Plague: a scourge of biblical proportions

Updated 9:44 PM ET, Tue August 30, 2016
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This is what causes the plague. Yersinia pestis bacteria, colored in yellow, are seen on the spines inside a flea's digestive system. National Institute of Allergy and Infectious Diseases
The bacterium that is responsible for the plague can sometimes infect the blood, causing the hands, feet, nose and lips to become gangrenous and black. This form of the disease is almost always fatal if not treated with antibiotics. CDC / Dr. Jack Poland
A map shows reported cases of human plague in the United States from 1970 to 2012. Nearly all cases occur in the western U.S., for reasons that are not entirely understood. Plague first came to the U.S. in 1900 via rats on steamships from Asia. CDC
Rats are one of the many rodent species that carry the plague. The disease is typically spread to people through a bite from a rodent flea. Although recent research may exonerate rats as primarily responsible for the Black Death, and instead put the blame on gerbils, rats probably played a role in that and other plague epidemics. Time Life Pictures/Getty Images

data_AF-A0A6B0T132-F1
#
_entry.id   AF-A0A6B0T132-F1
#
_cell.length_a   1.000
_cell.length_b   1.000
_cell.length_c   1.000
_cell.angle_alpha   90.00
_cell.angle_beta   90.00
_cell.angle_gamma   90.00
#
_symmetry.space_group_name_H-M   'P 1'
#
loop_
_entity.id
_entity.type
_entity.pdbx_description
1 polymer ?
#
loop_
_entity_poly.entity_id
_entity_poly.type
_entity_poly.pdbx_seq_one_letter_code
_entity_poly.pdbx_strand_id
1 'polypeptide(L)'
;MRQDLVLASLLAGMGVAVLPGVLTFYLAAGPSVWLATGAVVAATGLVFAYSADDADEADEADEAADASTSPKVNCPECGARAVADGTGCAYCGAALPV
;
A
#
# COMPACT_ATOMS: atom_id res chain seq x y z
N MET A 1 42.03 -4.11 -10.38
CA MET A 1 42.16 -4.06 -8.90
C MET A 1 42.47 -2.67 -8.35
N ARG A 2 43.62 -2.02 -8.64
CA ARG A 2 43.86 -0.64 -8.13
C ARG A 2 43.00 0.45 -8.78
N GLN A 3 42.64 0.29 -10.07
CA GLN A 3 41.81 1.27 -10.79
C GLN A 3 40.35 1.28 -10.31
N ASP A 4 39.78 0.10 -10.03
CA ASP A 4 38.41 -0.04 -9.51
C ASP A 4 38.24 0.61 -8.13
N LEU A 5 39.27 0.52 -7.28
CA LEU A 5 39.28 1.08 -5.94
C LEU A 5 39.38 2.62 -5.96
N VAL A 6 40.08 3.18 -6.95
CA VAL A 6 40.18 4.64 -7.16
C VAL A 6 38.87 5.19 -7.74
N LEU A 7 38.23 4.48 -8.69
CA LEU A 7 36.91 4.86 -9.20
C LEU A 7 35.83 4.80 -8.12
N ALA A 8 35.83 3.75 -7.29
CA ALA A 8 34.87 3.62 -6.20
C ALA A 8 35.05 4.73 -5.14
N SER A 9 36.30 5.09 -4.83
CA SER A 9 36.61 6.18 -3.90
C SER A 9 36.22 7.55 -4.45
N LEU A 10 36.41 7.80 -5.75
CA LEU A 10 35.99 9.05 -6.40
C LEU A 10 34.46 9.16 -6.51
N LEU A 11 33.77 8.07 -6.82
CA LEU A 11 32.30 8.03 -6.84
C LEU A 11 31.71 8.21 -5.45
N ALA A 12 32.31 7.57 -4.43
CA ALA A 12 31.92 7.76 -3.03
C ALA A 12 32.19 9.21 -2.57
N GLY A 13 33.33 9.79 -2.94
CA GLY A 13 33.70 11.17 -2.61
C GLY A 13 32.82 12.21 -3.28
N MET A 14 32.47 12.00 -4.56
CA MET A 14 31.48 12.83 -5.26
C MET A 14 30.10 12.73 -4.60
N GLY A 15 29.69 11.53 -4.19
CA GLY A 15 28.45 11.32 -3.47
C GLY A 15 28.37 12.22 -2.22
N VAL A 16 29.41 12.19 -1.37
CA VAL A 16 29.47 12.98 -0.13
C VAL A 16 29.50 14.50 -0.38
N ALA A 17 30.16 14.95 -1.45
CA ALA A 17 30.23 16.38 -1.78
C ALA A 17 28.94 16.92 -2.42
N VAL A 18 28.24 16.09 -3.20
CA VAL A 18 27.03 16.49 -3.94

The plague doctor is in. The hat, goggles, gown and beak-like mask identified a person as a plague doctor in the Middle Ages. The uniform was used for protection; the beak contained herbs and perfumes intended to cover the stench associated with plague disease.
A patient with plague symptoms, foreground, awaits test results with his mother at New Delhi's Disease Hospital in 1994. Pneumonic plague, which infects the lungs, is the most serious form of the disease and the only way it can spread directly between people. A plague outbreak in India in 1994 was among the most serious in the world in recent decades. AP Photo/John Moore
Taylor Gaes died of the plague this spring, a day before he would have turned 16. Officials think he was infected from a flea bite on his family's ranch in Larimer County, Colorado. The high school sophomore began having flu-like symptoms after he pitched in a baseball game. Although plague remains rare, it is often mistaken for the flu because it causes fever and chills. From Poudre High School